There was no time to spare for The Amazing Race Canada competitors, and so they quickly moved on to Quebec City. The teams visited the Levis Forts and Chateau Frontenac, rode a ferry across the St. Lawrence River, carved an ice sculpture and prepared crepes. Quebec City is known for its Old World charm and unparalleled romance. From the galleries and chocolatiers of the historic Old Town, to the world-renowned fireworks competition, L’International des Feux Loto-Québec, and from the wintertime Carnaval du Quebec to the Hotel de Glace made entirely of ice, there’s never a bad time of year to visit.

The territory of Nunavut, on the other hand, is about as cold and remote as you can get in Canada. The Amazing Race Canada teams had to translate an Inukitut phrase upon landing in Iqaluit, find a pair of traditional throat singers, travel by sled and snowmobile, throw a harpoon, build an igloo and eat Muktuk. The vast frozen expanse of Nunavut is captivating on its own, but the tundra encompasses a wealth of natural wonders that include Beluga whale watching, caribou, walrus, muskox, Arctic fox, hare, seals, and a myriad of birds. Add to this the opportunity to experience the 4,000-year-old, living Inuit culture and Nunavut could very well be your trip of a lifetime.

The teams quickly moved on to Halifax, Nova Scotia where they camped at Pier 21, a port of entry for one in five Canadians. You can learn about Halifax’s pivotal role in the response to the sinking of the Titanic on many local tours. A visit to the Maritime Museum of the Maritimes, the Halifax Public Gardens and The Halifax Citadel is not to be missed and there is an abundance of culture in the city’s many festivals. The Amazing Race Canada competitors stopped briefly in Mahone Bay, NS, which hosts an annual Scarecrow Festival, and then moved on to Lunenburg, NS, home of the famous Bluenose. Lunenburg has also received a historical designation for being the best example of a British colonial establishment in North America. Be sure to visit the Fisheries Museum of the Atlantic and dine at one of the town’s wonderful seafood restaurants while soaking up the history.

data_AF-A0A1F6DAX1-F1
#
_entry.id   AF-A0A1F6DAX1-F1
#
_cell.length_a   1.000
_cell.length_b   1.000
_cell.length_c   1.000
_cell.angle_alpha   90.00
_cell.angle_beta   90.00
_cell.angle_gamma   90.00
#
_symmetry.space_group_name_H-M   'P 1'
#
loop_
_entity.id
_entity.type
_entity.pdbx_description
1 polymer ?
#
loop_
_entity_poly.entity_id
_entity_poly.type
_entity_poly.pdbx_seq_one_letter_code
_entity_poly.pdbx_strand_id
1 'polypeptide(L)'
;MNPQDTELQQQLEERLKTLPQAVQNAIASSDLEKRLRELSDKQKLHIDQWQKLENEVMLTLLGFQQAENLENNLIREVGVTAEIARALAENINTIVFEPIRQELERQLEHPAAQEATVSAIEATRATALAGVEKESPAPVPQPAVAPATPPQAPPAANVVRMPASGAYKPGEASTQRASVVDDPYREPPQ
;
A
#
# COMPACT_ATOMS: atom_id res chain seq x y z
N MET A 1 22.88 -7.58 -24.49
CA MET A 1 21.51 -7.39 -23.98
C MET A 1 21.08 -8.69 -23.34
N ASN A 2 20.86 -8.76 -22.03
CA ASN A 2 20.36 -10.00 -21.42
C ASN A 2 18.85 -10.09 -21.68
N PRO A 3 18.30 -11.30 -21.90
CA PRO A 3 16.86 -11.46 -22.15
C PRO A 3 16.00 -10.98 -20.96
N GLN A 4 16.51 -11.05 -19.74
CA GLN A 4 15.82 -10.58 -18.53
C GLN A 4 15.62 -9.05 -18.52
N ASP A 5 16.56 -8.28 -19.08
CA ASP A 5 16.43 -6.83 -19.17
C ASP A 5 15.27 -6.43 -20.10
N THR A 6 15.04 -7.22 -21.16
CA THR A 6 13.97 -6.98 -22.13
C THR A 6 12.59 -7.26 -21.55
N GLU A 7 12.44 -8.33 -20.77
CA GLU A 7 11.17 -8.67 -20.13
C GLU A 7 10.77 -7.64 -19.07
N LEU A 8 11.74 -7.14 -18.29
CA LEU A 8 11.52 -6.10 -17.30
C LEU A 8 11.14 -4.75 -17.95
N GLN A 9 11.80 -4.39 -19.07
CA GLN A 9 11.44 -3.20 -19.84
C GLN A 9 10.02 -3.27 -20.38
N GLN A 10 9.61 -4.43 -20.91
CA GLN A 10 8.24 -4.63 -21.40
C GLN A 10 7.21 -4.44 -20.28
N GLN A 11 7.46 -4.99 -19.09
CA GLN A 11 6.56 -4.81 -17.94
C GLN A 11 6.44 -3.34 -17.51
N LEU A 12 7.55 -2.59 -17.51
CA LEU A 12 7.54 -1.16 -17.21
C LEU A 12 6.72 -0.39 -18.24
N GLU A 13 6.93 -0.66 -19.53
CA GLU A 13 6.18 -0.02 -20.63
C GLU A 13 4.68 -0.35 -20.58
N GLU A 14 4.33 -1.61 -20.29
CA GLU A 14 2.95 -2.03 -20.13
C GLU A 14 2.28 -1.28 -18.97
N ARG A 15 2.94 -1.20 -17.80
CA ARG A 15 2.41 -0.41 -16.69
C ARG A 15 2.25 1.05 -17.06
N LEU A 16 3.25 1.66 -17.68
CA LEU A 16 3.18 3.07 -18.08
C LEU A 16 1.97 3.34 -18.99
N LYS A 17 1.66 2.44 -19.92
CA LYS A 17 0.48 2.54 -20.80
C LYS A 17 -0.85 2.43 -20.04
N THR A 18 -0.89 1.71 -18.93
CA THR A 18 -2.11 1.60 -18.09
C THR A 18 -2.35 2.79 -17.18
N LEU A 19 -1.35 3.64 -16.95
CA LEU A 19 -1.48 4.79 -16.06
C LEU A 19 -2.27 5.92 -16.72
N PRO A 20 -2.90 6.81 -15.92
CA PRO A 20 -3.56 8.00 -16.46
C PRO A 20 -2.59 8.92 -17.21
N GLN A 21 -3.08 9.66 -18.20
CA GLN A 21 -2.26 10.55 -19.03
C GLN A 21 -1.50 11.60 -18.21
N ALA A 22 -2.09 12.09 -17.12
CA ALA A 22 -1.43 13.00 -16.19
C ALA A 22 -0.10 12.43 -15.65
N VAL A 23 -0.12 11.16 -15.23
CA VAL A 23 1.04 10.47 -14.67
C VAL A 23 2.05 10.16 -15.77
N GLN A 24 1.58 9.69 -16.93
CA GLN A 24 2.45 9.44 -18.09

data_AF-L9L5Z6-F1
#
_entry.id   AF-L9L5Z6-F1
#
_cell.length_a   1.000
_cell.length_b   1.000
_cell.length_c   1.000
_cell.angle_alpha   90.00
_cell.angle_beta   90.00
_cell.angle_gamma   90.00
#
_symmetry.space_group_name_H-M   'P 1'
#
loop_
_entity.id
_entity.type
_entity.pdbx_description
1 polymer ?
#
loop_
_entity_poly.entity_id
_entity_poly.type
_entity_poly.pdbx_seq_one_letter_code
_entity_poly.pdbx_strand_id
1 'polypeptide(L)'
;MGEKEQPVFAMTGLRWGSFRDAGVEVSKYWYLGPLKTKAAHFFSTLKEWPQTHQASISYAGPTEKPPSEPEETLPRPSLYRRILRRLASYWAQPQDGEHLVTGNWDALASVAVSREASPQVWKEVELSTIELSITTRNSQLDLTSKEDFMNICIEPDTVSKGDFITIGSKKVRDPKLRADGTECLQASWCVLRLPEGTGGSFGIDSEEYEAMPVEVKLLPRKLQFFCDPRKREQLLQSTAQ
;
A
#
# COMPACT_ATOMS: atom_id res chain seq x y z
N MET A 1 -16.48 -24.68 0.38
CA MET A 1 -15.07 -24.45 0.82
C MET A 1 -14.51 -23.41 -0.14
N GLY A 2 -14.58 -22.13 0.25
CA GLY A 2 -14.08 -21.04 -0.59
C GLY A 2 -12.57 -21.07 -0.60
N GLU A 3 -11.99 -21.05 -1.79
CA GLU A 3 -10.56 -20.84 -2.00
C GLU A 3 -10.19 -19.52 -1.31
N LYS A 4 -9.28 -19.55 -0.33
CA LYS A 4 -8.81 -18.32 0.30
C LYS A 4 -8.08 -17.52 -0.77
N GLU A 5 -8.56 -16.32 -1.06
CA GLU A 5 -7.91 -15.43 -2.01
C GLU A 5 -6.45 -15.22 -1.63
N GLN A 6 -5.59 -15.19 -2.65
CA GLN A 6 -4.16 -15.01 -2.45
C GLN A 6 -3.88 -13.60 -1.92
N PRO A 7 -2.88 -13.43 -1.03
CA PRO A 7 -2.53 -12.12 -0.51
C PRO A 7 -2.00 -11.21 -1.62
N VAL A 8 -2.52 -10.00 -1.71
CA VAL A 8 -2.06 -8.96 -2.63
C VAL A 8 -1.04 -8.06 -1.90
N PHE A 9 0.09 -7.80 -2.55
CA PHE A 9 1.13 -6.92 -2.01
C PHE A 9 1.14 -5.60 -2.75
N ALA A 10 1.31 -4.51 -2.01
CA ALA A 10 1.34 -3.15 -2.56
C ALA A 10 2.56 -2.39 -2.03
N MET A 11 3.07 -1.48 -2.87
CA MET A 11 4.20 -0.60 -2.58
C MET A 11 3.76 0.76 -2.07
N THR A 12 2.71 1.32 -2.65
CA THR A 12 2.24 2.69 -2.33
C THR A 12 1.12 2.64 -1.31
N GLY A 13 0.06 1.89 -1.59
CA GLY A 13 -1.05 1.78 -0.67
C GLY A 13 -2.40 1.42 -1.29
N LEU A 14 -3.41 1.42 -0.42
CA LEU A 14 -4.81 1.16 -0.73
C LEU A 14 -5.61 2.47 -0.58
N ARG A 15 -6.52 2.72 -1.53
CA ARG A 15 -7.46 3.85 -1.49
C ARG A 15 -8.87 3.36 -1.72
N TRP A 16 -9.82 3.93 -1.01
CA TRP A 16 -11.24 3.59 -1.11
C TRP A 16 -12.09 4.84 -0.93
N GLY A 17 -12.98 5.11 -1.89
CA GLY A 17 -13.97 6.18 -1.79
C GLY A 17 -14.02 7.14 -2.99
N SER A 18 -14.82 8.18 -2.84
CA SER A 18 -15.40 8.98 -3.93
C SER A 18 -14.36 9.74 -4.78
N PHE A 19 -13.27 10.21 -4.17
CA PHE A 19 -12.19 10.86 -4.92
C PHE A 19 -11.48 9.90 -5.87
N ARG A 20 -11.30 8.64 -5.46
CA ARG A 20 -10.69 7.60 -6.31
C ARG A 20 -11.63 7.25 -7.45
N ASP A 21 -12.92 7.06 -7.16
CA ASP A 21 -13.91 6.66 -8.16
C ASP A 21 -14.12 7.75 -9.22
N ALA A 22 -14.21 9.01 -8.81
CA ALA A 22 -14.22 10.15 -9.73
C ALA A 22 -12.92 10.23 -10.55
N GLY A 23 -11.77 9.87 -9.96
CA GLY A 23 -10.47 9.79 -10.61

Our teams finally left Nova Scotia and found themselves in Saint John’s, Newfoundland. Their challenges involved the Terry Fox monument that marks the start of his journey, a kitchen party, a shot of screech, folk tales and a Newfoundland dog. Beyond the local charm, of which there is plenty, the Newfoundland coastline is something to behold. The Cape Spear Lighthouse marks the most eastern point in Canada and on clear days you can look out upon icebergs and whales. Make sure not to leave Canada’s newest province before sampling both traditional dishes and new exports like local microbrewery Quidi Vidi’s Iceberg Lager.

The Amazing Race Canada wraps up in Toronto, the country’s biggest and most cosmopolitan city. Something tells me, though, that the teams won’t have Toronto’s abundance of museums, sports teams, historical sites, restaurants or theatre on their minds.

“The Amazing Race Canada” finale airs Monday at 9 p.m. ET on CTV. Full episodes are also available online at

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Rebecca Cuneo Keenan